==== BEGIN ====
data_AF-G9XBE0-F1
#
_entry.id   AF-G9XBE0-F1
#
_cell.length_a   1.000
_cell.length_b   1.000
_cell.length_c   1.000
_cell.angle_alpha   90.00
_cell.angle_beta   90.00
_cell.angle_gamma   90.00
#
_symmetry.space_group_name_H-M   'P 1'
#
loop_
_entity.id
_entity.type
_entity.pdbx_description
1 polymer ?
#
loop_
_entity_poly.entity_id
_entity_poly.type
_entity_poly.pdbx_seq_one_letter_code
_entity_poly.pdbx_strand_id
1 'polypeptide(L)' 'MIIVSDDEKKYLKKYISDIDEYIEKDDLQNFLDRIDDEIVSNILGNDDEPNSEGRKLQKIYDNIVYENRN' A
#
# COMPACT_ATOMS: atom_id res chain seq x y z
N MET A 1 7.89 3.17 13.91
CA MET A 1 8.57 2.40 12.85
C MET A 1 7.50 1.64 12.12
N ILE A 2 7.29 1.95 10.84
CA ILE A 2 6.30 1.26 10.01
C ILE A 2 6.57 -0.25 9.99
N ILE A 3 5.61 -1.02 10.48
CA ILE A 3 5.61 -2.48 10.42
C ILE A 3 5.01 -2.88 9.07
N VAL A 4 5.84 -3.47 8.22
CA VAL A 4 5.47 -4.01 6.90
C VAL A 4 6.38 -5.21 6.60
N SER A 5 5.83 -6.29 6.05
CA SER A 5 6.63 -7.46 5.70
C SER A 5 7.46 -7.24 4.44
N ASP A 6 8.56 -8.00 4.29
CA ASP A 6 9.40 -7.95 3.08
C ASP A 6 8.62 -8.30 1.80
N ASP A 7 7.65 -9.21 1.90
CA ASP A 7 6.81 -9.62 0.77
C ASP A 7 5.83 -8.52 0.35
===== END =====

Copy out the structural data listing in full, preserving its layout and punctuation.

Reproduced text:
data_AF-G9XBE0-F1
#
_entry.id   AF-G9XBE0-F1
#
_cell.length_a   1.000
_cell.length_b   1.000
_cell.length_c   1.000
_cell.angle_alpha   90.00
_cell.angle_beta   90.00
_cell.angle_gamma   90.00
#
_symmetry.space_group_name_H-M   'P 1'
#
loop_
_entity.id
_entity.type
_entity.pdbx_description
1 polymer ?
#
loop_
_entity_poly.entity_id
_entity_poly.type
_entity_poly.pdbx_seq_one_letter_code
_entity_poly.pdbx_strand_id
1 'polypeptide(L)' 'MIIVSDDEKKYLKKYISDIDEYIEKDDLQNFLDRIDDEIVSNILGNDDEPNSEGRKLQKIYDNIVYENRN' A
#
# COMPACT_ATOMS: atom_id res chain seq x y z
N MET A 1 7.89 3.17 13.91
CA MET A 1 8.57 2.40 12.85
C MET A 1 7.50 1.64 12.12
N ILE A 2 7.29 1.95 10.84
CA ILE A 2 6.30 1.26 10.01
C ILE A 2 6.57 -0.25 9.99
N ILE A 3 5.61 -1.02 10.48
CA ILE A 3 5.61 -2.48 10.42
C ILE A 3 5.01 -2.88 9.07
N VAL A 4 5.84 -3.47 8.22
CA VAL A 4 5.47 -4.01 6.90
C VAL A 4 6.38 -5.21 6.60
N SER A 5 5.83 -6.29 6.05
CA SER A 5 6.63 -7.46 5.70
C SER A 5 7.46 -7.24 4.44
N ASP A 6 8.56 -8.00 4.29
CA ASP A 6 9.40 -7.95 3.08
C ASP A 6 8.62 -8.30 1.80
N ASP A 7 7.65 -9.21 1.90
CA ASP A 7 6.81 -9.62 0.77
C ASP A 7 5.83 -8.52 0.35